EU watchdog raises alarm on tobacco lobbying
The European Commission is refusing to curb lobbying by tobacco firms in its ranks by not fully applying UN transparency rules, says an EU watchdog.
The EU ombudsman Emily O'Reilly said on Monday (8 February) that the Brussels-executive ditched her recommendations to publish online all details - including the minutes - of meetings with tobacco lobbyists or their legal representatives.
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"This is a missed opportunity by the Juncker Commission to show global leadership in the vital area of tobacco lobbying," she said in a statement, referring to commission chief, Jean-Claude Juncker.
The UN's World Health Organisation bans public policy makers from fraternising in secret with tobacco firms under the so-called framework convention on tobacco control (FCTC).
The EU commission's directorate for health publishes all its meetings and minutes online.
Other directorates do not.
It means tobacco lobbyists can exert pressure or influence in other areas of the commission where the FCTC is not being applied.
"It cannot be enough to adopt a restrictive view of what is expected from the UN FCTC or to justify lack of proactivity on the grounds that it has met the minimum legal requirements," said O'Reilly.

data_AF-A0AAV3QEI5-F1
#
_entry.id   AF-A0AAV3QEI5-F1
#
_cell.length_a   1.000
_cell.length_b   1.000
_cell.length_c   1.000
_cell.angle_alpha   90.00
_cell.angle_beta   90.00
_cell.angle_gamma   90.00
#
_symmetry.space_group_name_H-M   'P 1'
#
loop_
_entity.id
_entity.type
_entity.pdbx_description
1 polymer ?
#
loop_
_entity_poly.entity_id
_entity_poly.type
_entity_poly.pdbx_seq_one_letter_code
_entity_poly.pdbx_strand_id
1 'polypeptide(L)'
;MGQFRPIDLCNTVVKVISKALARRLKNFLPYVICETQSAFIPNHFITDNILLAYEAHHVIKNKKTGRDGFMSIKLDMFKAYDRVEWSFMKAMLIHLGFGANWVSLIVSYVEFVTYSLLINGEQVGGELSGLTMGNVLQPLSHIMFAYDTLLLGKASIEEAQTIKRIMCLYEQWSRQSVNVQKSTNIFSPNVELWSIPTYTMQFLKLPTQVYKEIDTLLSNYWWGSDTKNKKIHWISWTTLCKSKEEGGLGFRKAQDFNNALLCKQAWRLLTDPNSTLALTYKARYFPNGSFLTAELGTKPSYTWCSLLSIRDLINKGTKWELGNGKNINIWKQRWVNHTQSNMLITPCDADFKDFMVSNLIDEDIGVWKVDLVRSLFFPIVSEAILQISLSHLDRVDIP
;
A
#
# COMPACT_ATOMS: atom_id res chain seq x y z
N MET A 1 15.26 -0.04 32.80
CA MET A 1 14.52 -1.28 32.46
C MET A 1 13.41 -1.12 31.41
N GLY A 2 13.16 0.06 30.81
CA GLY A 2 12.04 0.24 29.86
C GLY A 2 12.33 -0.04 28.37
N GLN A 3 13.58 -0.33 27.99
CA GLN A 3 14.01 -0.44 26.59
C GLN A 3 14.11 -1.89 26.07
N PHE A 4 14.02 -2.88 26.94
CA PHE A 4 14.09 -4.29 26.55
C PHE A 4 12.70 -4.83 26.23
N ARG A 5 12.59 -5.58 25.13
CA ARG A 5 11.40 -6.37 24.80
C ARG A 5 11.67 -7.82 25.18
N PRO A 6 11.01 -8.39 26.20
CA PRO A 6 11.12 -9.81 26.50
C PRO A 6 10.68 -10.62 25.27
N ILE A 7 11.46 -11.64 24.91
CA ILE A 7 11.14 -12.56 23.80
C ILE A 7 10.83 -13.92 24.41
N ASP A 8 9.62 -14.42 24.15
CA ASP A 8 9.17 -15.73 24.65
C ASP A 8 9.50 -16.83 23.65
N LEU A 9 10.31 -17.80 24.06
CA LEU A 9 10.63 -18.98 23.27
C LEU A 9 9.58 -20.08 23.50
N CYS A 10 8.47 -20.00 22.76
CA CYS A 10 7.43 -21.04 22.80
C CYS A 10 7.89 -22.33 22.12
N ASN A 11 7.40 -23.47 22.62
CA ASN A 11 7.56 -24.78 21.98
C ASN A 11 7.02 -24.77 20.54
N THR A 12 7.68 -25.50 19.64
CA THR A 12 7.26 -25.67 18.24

Commission rebuffs claims
Her recommendations highlighted the commission's legal services, which had dealings with tobacco industry insiders in the lead up to an overhaul of the EU tobacco products directive.
Michel Petite, a corporate lawyer for big tobacco firms at Clifford Chance, held talks with the commission's legal services in September 2011 and September 2012.
Before landing a job with the London-based lawyers, Petite headed the commission's legal service in 2008. A year later, he was appointed to the commission's ethics committee on lobbying, a position he held until December 2013.
Transparency activists criticised his role on the ethics committee, as Philip Morris International is among the clients of Clifford Chance.
Petite also played a minor but crucial role in the events that saw John Dalli lose his job as the EU commissioner for health over tobacco-related bribery allegations.
The commission says it fully complies with the FCTC.
It says Petite is a legal expert and not an industry representative.
It says staff regulations, code of conduct rules, access to documents and other internal guidelines are good enough to ensure the integrity of policy and law making.
O'Reilly launched her inquiry in June 2014 after receiving a complaint from the Brussels-based pro-transparency NGO Corporate Europe Transparency.